Sippel, Anna C., Hurley, Jarrod R., 2013. Multiple stellar-mass black holes in globular clusters: theoretical confirmation, Monthly Notices of the Royal Astronomical Society, 430, L30.
While tens or hundreds of stellar-remnant black holes (BHs) are expected to form in globular star clusters, it is still unclear how many of those will be retained upon formation, and how many will be ejected through subsequent dynamical interactions. No such BHs have been found in any Milky Way globular cluster until the recent discovery of stellar-mass BHs in the globular cluster M22 (NGC 6656) with now an estimated population of 5-100 BHs. We present a direct N-body model of a star cluster of the same absolute and dynamical age as M22. Imposing an initial retention fraction of ≈10 per cent for BHs, 16 stellar-remnant BHs are retained at a cluster age of 12 Gyr, in agreement with the estimate for M22. Of those 16 BHs, two are in a binary system with a main-sequence star each while also one pure BH binary is present. We argue that multiple BHs can be present in any Milky Way cluster with an extended core radius, such as M22 or the model presented here.
Kalirai, Jason S., Anderson, Jay, Dotter, Aaron, ..., Hurley, Jarrod, ..., 2013. Ultra-Deep Hubble Space Telescope Imaging of the Small Magellanic Cloud: The Initial Mass Function of Stars with M <~ 1 M &sun;, Astrophysical Journal, 763, 110.
We present a new measurement of the stellar initial mass function (IMF) based on ultra-deep, high-resolution photometry of >5000 stars in the outskirts of the Small Magellanic Cloud (SMC) galaxy. The Hubble Space Telescope (HST) Advanced Camera for Surveys observations reveal this rich, cospatial population behind the foreground globular cluster 47 Tuc, which we targeted for 121 HST orbits. The stellar main sequence of the SMC is measured in the F606W, F814W color-magnitude diagram down to ~30th magnitude, and is cleanly separated from the foreground star cluster population using proper motions. We simulate the SMC population by extracting stellar masses (single and unresolved binaries) from specific IMFs and converting those masses to luminosities in our bandpasses. The corresponding photometry for these simulated stars is drawn directly from a rich cloud of 4 million artificial stars, thereby accounting for the real photometric scatter and completeness of the data. Over a continuous and well-populated mass range of M = 0.37-0.93 M &sun; (e.g., down to a ~75% completeness limit at F606W = 28.7), we demonstrate that the IMF is well represented by a single power-law form with slope α = -1.90 (+0.15 -0.10) (3σ error) (e.g., dN/dMvprop M α). This is shallower than the Salpeter slope of α = -2.35, which agrees with the observed stellar luminosity function at higher masses. Our results indicate that the IMF does not turn over to a more shallow power-law form within this mass range. We discuss implications of this result for the theory of star formation, the inferred masses of galaxies, and the (lack of a) variation of the IMF with metallicity. Based on observations with the NASA/ESA Hubble Space Telescope, obtained at the Space Telescope Science Institute, which is operated by the Association of Universities for Research in Astronomy, Inc., under NASA contract NAS5-26555. These observations are associated with proposal GO-11677.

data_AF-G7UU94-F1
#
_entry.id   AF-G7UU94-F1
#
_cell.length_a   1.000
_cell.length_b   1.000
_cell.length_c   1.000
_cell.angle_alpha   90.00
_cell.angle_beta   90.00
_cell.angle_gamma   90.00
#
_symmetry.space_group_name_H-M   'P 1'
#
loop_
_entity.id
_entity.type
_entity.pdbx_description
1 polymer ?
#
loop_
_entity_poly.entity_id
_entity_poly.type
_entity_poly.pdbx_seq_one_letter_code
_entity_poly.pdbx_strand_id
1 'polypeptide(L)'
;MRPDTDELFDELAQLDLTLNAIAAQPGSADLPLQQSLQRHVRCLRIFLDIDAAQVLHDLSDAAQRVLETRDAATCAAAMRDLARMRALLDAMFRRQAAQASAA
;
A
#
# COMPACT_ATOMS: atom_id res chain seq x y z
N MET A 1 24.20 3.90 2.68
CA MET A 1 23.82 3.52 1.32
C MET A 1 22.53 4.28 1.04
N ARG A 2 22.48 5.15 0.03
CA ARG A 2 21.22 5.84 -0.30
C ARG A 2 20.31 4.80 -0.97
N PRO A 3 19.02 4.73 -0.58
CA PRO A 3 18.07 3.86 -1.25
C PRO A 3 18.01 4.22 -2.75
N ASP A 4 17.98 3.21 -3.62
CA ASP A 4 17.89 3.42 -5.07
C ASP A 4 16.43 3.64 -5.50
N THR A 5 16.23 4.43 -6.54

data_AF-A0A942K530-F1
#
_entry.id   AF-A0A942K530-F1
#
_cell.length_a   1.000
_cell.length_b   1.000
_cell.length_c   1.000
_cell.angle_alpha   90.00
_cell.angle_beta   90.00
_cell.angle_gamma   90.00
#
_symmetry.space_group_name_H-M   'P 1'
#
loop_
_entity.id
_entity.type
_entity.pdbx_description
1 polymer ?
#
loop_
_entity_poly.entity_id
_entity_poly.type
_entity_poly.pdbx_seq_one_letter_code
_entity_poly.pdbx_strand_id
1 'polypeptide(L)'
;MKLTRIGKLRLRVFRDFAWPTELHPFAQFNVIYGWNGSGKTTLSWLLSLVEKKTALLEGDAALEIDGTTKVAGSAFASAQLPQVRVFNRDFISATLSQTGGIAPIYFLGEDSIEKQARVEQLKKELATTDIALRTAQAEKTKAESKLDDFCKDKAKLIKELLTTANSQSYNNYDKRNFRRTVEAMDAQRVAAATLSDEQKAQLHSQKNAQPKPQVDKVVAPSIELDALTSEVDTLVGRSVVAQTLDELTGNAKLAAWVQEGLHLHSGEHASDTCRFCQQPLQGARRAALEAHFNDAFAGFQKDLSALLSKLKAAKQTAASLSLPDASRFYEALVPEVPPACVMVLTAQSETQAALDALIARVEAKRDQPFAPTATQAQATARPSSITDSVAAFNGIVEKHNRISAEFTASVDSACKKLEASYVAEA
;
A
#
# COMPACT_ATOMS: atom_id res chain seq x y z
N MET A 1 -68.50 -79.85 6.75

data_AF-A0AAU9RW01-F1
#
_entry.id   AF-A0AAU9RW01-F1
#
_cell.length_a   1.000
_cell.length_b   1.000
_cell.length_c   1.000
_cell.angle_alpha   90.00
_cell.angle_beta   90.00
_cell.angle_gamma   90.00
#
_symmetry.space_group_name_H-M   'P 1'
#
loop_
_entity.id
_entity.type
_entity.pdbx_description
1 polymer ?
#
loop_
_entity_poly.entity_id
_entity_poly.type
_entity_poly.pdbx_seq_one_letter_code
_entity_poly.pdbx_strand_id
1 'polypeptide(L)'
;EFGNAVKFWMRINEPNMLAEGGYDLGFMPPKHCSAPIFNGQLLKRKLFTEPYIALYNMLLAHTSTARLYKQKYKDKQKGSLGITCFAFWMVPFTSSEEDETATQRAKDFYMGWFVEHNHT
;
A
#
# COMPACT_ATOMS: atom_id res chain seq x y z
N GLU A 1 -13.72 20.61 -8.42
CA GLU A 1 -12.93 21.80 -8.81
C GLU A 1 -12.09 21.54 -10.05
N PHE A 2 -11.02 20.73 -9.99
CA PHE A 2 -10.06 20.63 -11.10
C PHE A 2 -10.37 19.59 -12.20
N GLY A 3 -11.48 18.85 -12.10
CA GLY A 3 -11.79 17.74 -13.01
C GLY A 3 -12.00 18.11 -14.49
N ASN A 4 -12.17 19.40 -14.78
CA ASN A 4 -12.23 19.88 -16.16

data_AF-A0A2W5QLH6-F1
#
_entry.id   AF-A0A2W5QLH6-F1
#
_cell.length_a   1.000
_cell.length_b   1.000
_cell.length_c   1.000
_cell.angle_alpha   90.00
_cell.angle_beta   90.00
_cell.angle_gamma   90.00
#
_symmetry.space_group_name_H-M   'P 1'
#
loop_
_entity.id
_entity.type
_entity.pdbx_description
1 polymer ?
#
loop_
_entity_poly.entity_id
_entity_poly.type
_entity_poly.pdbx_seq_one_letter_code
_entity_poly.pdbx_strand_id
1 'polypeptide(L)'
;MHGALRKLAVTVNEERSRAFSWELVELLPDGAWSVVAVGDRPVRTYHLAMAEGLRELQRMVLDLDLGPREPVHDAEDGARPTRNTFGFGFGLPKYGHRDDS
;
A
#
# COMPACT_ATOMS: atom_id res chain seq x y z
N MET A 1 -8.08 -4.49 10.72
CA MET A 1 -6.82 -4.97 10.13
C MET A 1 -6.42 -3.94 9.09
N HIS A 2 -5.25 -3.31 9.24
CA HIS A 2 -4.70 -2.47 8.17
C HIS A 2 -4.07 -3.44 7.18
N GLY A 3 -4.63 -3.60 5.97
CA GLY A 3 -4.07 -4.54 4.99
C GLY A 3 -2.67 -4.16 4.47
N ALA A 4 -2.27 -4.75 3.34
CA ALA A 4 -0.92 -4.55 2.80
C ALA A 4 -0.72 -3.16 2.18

Webb, Jeremy J., Harris, William E., Sills, Alison, Hurley, Jarrod R., 2013. The Influence of Orbital Eccentricity on Tidal Radii of Star Clusters, Astrophysical Journal, 764, 124.
We have performed N-body simulations of star clusters orbiting in a spherically symmetric smooth galactic potential. The model clusters cover a range of initial half-mass radii and orbital eccentricities in order to test the historical assumption that the tidal radius of a cluster is imposed at perigalacticon. The traditional assumption for globular clusters is that since the internal relaxation time is larger than its orbital period, the cluster is tidally stripped at perigalacticon. Instead, our simulations show that a cluster with an eccentric orbit does not need to fully relax in order to expand. After a perigalactic pass, a cluster recaptures previously unbound stars, and the tidal shock at perigalacticon has the effect of energizing inner region stars to larger orbits. Therefore, instead of the limiting radius being imposed at perigalacticon, it more nearly traces the instantaneous tidal radius of the cluster at any point in the orbit. We present a numerical correction factor to theoretical tidal radii calculated at perigalacticon which takes into consideration both the orbital eccentricity and current orbital phase of the cluster.